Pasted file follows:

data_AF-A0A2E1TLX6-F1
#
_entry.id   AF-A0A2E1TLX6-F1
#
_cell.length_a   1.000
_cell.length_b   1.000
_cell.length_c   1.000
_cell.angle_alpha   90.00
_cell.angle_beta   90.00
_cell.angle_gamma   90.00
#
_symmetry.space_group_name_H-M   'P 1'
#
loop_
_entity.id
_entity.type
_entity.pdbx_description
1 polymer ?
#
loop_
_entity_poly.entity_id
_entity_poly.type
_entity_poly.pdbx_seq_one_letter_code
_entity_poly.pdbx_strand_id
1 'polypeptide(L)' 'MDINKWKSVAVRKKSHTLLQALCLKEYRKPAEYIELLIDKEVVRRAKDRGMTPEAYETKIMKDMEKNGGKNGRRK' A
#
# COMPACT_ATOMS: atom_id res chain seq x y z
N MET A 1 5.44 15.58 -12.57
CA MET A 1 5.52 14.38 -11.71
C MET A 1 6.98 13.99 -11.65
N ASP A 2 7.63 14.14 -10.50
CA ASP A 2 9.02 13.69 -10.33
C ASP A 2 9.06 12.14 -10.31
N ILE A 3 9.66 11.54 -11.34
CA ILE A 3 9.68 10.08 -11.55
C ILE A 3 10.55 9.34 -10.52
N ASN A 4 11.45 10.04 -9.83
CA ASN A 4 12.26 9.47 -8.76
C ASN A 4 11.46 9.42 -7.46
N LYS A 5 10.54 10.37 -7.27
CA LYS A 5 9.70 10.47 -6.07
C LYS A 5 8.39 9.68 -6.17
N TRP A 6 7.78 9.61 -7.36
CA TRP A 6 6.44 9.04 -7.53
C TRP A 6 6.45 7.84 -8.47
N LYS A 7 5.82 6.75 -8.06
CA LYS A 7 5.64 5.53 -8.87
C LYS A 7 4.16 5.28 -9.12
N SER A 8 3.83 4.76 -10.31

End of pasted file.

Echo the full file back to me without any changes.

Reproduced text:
data_AF-A0A2E1TLX6-F1
#
_entry.id   AF-A0A2E1TLX6-F1
#
_cell.length_a   1.000
_cell.length_b   1.000
_cell.length_c   1.000
_cell.angle_alpha   90.00
_cell.angle_beta   90.00
_cell.angle_gamma   90.00
#
_symmetry.space_group_name_H-M   'P 1'
#
loop_
_entity.id
_entity.type
_entity.pdbx_description
1 polymer ?
#
loop_
_entity_poly.entity_id
_entity_poly.type
_entity_poly.pdbx_seq_one_letter_code
_entity_poly.pdbx_strand_id
1 'polypeptide(L)' 'MDINKWKSVAVRKKSHTLLQALCLKEYRKPAEYIELLIDKEVVRRAKDRGMTPEAYETKIMKDMEKNGGKNGRRK' A
#
# COMPACT_ATOMS: atom_id res chain seq x y z
N MET A 1 5.44 15.58 -12.57
CA MET A 1 5.52 14.38 -11.71
C MET A 1 6.98 13.99 -11.65
N ASP A 2 7.63 14.14 -10.50
CA ASP A 2 9.02 13.69 -10.33
C ASP A 2 9.06 12.14 -10.31
N ILE A 3 9.66 11.54 -11.34
CA ILE A 3 9.68 10.08 -11.55
C ILE A 3 10.55 9.34 -10.52
N ASN A 4 11.45 10.04 -9.83
CA ASN A 4 12.26 9.47 -8.76
C ASN A 4 11.46 9.42 -7.46
N LYS A 5 10.54 10.37 -7.27
CA LYS A 5 9.70 10.47 -6.07
C LYS A 5 8.39 9.68 -6.17
N TRP A 6 7.78 9.61 -7.36
CA TRP A 6 6.44 9.04 -7.53
C TRP A 6 6.45 7.84 -8.47
N LYS A 7 5.82 6.75 -8.06
CA LYS A 7 5.64 5.53 -8.87
C LYS A 7 4.16 5.28 -9.12
N SER A 8 3.83 4.76 -10.31